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authorJunio C Hamano <junkio@cox.net>2005-08-30 20:51:01 (GMT)
committerJunio C Hamano <junkio@cox.net>2005-08-30 20:55:34 (GMT)
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Documentaion updates.
Mostly making the formatted html prettier. Signed-off-by: Junio C Hamano <junkio@cox.net> (cherry picked from 7adf1f15ebe074d4767df941817a6cf86d8e2533 commit)
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diff --git a/Documentation/cvs-migration.txt b/Documentation/cvs-migration.txt
index 8db1409..6e48bde 100644
--- a/Documentation/cvs-migration.txt
+++ b/Documentation/cvs-migration.txt
@@ -1,5 +1,6 @@
Git for CVS users
=================
+v0.99.5, Aug 2005
Ok, so you're a CVS user. That's ok, it's a treatable condition, and the
first step to recovery is admitting you have a problem. The fact that
@@ -8,12 +9,12 @@ already.
The thing about CVS is that it absolutely sucks as a source control
manager, and you'll thus be happy with almost anything else. Git,
-however, may be a bit _too_ different (read: "good") for your taste, and
+however, may be a bit 'too' different (read: "good") for your taste, and
does a lot of things differently.
One particular suckage of CVS is very hard to work around: CVS is
-basically a tool for tracking _file_ history, while git is a tool for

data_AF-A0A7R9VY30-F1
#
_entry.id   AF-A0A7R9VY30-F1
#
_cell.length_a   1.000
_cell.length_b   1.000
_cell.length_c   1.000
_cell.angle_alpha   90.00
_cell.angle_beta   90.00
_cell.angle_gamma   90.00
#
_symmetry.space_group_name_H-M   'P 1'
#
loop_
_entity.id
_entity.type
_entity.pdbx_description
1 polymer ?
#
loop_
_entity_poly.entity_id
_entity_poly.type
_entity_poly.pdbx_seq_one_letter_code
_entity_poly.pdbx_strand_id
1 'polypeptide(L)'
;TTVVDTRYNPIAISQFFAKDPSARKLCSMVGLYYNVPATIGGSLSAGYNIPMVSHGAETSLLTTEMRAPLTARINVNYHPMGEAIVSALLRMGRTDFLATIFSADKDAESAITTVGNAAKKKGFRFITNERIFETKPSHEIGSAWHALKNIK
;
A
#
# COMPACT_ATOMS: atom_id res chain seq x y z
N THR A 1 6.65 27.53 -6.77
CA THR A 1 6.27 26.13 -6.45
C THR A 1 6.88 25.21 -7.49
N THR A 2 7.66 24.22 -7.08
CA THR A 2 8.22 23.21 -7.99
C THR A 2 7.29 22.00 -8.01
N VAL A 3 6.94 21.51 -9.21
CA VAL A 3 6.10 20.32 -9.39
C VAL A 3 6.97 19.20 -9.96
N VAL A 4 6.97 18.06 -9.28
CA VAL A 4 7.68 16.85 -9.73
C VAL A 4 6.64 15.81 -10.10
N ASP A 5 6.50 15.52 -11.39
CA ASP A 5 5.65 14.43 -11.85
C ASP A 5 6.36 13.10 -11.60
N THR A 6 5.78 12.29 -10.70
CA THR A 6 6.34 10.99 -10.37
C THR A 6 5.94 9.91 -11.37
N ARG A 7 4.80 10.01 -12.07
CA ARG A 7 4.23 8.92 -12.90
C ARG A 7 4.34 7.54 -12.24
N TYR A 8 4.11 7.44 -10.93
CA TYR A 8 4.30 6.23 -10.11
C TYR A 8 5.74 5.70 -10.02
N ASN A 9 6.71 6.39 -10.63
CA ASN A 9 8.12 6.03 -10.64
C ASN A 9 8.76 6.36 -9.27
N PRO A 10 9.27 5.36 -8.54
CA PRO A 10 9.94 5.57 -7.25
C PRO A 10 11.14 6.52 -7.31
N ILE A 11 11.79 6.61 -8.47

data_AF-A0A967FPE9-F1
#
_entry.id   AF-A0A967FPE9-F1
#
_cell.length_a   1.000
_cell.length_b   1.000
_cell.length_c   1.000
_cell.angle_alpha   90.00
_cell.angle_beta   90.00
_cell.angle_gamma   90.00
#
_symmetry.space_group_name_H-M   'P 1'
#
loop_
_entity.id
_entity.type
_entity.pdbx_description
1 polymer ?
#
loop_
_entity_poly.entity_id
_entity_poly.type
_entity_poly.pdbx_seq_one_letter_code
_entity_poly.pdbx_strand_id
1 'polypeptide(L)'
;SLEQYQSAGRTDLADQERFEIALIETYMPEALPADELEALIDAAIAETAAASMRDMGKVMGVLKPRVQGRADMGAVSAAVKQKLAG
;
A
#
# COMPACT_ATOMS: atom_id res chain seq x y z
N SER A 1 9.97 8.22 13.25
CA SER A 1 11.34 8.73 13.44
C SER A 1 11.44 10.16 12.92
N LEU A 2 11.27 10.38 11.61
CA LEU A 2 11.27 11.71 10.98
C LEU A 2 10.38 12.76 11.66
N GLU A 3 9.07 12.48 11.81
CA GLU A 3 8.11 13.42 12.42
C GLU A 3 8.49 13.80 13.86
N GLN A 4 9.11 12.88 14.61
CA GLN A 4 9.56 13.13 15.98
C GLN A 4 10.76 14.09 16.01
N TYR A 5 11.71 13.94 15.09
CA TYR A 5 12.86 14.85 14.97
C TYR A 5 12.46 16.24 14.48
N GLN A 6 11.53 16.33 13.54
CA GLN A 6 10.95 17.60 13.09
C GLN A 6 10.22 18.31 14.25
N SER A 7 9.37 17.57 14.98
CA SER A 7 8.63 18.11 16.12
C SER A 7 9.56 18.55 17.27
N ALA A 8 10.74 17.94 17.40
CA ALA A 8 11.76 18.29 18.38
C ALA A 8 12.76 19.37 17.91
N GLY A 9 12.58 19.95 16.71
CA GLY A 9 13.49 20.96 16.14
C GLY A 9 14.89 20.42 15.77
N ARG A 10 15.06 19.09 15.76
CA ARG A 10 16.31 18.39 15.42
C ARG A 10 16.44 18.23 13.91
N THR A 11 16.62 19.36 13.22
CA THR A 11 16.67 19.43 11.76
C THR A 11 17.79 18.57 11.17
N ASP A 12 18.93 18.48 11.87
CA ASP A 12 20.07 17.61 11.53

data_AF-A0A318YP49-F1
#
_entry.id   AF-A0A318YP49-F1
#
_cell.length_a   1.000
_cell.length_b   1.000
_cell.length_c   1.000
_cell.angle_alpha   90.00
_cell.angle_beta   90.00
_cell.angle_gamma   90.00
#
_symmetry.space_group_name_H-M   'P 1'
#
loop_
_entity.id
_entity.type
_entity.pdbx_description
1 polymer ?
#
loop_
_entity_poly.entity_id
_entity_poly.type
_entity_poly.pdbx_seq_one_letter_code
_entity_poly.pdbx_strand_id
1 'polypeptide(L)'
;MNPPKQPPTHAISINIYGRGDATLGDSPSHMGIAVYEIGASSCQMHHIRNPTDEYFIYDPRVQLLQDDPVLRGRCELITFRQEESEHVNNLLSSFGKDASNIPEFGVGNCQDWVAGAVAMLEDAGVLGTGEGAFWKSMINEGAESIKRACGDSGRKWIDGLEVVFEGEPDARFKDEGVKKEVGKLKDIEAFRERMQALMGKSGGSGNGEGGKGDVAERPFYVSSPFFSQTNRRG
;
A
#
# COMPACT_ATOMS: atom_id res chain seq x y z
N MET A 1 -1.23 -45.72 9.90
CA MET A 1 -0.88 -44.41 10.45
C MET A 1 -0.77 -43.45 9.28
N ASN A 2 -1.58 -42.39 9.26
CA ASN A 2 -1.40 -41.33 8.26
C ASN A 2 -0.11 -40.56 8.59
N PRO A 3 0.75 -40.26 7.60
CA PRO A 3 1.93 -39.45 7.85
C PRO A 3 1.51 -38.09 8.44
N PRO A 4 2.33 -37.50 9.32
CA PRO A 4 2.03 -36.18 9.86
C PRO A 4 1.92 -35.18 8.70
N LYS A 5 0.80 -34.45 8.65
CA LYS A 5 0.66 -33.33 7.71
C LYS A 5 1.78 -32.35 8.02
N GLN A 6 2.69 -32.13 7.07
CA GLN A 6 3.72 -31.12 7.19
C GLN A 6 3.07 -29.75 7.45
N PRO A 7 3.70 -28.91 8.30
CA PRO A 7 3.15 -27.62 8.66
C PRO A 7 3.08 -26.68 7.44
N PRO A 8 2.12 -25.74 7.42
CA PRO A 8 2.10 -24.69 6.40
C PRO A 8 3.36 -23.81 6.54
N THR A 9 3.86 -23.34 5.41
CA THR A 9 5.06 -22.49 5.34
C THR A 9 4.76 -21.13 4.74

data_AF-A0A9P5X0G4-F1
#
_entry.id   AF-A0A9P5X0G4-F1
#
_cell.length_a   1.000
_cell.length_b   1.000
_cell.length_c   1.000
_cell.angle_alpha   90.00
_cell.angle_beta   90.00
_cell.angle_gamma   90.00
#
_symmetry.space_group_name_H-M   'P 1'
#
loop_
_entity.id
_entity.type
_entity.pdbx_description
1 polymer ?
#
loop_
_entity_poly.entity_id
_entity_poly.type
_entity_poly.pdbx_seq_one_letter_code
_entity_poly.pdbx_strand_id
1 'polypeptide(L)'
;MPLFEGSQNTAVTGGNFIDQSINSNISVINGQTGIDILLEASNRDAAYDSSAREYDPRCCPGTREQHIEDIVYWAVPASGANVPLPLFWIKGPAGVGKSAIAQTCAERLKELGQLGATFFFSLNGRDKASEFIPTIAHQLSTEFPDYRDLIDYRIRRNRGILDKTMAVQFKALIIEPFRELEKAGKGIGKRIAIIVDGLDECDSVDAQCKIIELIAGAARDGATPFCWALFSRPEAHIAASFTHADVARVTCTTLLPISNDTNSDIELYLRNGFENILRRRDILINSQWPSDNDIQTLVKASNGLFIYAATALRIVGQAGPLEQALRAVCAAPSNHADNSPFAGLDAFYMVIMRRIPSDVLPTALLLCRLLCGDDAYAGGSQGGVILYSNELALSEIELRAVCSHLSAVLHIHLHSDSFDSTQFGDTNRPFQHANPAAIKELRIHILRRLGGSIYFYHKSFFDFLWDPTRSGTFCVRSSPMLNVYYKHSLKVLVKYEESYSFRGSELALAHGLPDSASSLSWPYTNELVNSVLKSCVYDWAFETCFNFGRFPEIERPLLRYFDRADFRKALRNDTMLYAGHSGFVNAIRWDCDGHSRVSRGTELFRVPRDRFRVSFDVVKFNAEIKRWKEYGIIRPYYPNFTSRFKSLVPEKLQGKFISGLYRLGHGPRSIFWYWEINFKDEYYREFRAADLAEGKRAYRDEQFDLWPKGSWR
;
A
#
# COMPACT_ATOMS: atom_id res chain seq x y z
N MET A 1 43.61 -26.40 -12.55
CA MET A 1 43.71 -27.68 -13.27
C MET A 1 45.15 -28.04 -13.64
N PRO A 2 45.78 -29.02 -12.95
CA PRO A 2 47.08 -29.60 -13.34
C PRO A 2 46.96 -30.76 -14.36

-tracking _project_ history. This sometimes causes problems if you are
+basically a tool for tracking 'file' history, while git is a tool for
+tracking 'project' history. This sometimes causes problems if you are
used to doing very strange things in CVS, in particular if you're doing
things like making branches of just a subset of the project. Git can't
track that, since git never tracks things on the level of an individual
@@ -22,17 +23,18 @@ file, only on the whole project level.
The good news is that most people don't do that, and in fact most sane
people think it's a bug in CVS that makes it tag (and check in changes)
one file at a time. So most projects you'll ever see will use CVS
-_as_if_ it was sane. In which case you'll find it very easy indeed to
+'as if' it was sane. In which case you'll find it very easy indeed to
move over to Git.
-First off: this is not a git tutorial. See Documentation/tutorial.txt
-for how git actually works. This is more of a random collection of
-gotcha's and notes on converting from CVS to git.
+First off: this is not a git tutorial. See
+link:tutorial.html[Documentation/tutorial.txt] for how git
+actually works. This is more of a random collection of gotcha's
+and notes on converting from CVS to git.
Second: CVS has the notion of a "repository" as opposed to the thing
that you're actually working in (your working directory, or your
"checked out tree"). Git does not have that notion at all, and all git
-working directories _are_ the repositories. However, you can easily
+working directories 'are' the repositories. However, you can easily
emulate the CVS model by having one special "global repository", which
people can synchronize with. See details later, but in the meantime
just keep in mind that with git, every checked out working tree will
@@ -55,7 +57,7 @@ will need the help of a program called "cvsps":
which is not actually related to git at all, but which makes CVS usage
look almost sane (ie you almost certainly want to have it even if you
-decide to stay with CVS). However, git will want at _least_ version 2.1
+decide to stay with CVS). However, git will want 'at least' version 2.1
of cvsps (available at the address above), and in fact will currently
refuse to work with anything else.